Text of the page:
In response to Ryan’s recent Wall Street Journal editorial where he once again put entitlements in the crosshairs, Sanders said, “In a sense, what Paul Ryan is saying is yeah, I lost the election. It doesn’t matter. I want you to implement all of the ideas that I campaigned on and lost. You know what? The American don’t want to see cuts in Social Security, or privatization of Social Security, They don’t want to see cuts in Medicare. They don’t want to see cuts in Medicaid. They don’t want to see the EPA abolished, the Department of Education abolished. They don’t want to see the VA privatized. They don’t want to see the minimum wage, the concept of the minimum wage, done away with so that the people of America could work for four bucks an hour.”
In 2012, Sen. Sanders called out Rep. Ryan for continuing repugican class warfare with his budget, “I think clearly what Ryan is about is continuing the repugican effort to engage in class warfare. Who in their right minds could support a proposal which says more tax breaks for the wealthiest people and yet we’ll cut Medicare and Medicaid in drastic form.”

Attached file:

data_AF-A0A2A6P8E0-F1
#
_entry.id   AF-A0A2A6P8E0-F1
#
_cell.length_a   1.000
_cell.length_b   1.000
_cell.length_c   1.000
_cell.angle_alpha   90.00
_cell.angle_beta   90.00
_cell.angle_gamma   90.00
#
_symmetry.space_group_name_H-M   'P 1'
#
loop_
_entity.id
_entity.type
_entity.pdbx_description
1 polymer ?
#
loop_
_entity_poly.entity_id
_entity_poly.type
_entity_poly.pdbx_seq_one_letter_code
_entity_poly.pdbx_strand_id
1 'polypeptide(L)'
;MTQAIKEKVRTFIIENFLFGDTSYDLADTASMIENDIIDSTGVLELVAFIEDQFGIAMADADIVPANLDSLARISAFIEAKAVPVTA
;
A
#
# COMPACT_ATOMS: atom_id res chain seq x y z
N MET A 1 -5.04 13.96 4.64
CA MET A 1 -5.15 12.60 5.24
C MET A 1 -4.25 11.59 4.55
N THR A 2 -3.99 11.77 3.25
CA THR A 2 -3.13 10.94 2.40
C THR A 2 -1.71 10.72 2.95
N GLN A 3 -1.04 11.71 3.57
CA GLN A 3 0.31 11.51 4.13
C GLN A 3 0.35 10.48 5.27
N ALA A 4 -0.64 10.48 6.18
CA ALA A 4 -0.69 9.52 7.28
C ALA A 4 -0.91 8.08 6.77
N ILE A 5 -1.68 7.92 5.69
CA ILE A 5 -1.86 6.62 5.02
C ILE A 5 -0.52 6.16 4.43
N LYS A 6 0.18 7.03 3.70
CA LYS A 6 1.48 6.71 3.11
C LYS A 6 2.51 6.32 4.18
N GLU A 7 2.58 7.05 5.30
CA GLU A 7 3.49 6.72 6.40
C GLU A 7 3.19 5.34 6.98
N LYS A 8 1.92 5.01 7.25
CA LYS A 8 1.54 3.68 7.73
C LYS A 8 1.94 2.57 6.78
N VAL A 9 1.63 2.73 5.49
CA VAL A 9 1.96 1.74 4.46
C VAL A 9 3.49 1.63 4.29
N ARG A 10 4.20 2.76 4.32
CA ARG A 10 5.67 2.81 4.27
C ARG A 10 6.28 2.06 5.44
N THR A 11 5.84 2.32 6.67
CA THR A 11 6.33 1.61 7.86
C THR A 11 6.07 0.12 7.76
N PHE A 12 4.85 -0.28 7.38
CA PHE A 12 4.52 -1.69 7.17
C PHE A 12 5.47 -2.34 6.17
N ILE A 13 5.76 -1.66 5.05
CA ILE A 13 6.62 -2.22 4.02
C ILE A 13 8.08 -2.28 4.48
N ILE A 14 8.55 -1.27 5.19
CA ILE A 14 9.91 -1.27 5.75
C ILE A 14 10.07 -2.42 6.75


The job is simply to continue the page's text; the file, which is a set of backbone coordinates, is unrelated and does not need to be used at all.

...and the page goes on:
Harry Reid and Bernie Sanders have been working together for years to protect Social Security. Reid has stated everytime that he has been asked over the past few years that no cuts to Social Security will pass the Senate. It is likely that Reid put Sanders on the budget conference committee to act as the anti-Ryan.